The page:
"They've adapted every single sport, including sky diving, to people who are disabled," he said. "All it takes is the mind that wants to do it and technology. Someday I'm going to jump out of an airplane."
Collins feels kinship with Mike Utley, the Detroit Lion guard who was paralyzed during a game against the Rams last month.
"I'd say (to him), 'Go for it. Do as much as you can. Don't look back. There's wheelchair football. Move to Bakersfield. We'll put you on the Rolling Chariots.' He'd be awesome."
Just because she's handicapped doesn't mean she can't enjoy life.
Kristi Hirsch, soon to be 16, has suffered from a cerebral palsy-like condition since infancy. She smothered when clothes fell over her, and her brain was damaged.
"She was pronounced dead at the scene, but through a lot of rehabilitation, she's doing super," her father said.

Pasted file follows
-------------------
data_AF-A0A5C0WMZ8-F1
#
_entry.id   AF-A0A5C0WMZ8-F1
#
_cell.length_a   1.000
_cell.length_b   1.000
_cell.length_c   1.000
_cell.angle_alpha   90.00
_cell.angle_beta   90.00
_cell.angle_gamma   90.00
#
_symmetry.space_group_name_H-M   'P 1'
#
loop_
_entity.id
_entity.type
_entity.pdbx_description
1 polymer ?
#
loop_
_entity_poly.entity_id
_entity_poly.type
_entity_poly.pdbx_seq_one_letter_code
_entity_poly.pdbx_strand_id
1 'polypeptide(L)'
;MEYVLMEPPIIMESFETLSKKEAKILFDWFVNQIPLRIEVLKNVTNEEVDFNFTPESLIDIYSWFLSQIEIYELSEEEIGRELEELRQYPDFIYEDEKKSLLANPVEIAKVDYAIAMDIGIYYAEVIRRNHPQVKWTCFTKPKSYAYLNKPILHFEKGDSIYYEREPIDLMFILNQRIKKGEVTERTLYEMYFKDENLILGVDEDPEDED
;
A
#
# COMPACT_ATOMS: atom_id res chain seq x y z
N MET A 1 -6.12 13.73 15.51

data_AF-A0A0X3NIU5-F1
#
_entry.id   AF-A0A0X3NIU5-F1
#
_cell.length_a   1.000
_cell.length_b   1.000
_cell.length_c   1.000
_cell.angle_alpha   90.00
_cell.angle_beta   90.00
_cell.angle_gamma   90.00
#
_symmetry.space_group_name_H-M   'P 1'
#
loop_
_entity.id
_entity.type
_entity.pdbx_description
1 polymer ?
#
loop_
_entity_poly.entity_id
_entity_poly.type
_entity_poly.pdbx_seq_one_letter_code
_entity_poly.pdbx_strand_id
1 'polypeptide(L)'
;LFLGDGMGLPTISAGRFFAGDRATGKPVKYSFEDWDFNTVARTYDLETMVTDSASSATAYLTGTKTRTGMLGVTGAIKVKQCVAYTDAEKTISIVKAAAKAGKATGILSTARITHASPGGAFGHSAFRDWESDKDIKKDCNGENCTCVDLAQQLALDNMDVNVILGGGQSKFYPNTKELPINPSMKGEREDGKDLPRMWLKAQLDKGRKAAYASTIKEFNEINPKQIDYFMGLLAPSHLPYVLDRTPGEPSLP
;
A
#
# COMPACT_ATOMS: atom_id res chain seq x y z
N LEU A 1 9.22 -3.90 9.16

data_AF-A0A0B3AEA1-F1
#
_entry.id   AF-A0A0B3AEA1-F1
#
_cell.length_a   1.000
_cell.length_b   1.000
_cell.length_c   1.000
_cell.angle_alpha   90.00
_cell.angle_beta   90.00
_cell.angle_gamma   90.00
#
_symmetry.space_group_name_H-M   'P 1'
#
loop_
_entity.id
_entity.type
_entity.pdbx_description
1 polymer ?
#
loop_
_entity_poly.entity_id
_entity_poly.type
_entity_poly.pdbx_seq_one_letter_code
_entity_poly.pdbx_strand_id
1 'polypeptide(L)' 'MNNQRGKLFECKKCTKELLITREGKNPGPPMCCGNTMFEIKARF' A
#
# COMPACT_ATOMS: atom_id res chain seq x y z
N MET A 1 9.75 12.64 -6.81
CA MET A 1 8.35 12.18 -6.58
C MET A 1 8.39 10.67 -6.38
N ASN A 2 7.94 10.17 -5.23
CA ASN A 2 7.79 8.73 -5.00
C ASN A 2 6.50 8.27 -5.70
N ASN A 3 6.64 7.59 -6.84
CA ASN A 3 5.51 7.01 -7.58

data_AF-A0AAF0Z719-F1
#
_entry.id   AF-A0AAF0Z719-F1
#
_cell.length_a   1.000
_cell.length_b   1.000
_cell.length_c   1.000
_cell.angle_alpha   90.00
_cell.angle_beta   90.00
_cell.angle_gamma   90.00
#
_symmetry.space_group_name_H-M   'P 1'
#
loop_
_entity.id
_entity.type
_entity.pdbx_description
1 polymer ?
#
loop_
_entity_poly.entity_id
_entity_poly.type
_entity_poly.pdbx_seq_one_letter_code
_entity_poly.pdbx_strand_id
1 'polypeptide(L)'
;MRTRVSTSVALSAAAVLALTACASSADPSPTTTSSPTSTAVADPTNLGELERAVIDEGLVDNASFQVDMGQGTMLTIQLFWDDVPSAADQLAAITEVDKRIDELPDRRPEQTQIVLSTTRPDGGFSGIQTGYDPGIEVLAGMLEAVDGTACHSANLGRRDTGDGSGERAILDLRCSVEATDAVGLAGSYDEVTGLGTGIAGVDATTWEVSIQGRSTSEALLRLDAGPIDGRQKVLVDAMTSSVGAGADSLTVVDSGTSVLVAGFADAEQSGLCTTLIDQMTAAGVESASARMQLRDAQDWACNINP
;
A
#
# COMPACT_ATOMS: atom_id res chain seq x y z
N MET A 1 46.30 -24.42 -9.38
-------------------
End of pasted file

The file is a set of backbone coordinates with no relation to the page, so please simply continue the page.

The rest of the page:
Kristi can't walk, talk much or use her arms. But she can smile, and on this day she was smiling because she was going to ski.
"It's all her idea," her father said. "We weren't planning to ski this weekend, but she wanted to go, so here she is."
Dan Hirsch is track and field coach and chairman of the physical education department at Buena Park High. His wife and two other daughters are avid skiers. When the school opened two years ago at Bear Mountain, they bought a cabin nearby, and Kristi was among the first students.
Kristi skies lying on her back in a tub, called a sit-ski, tethered to an instructor but exerting limited control with a horizontal pole fitted with outrigger skis.
For Kristi, that's skiing, and that's what counts.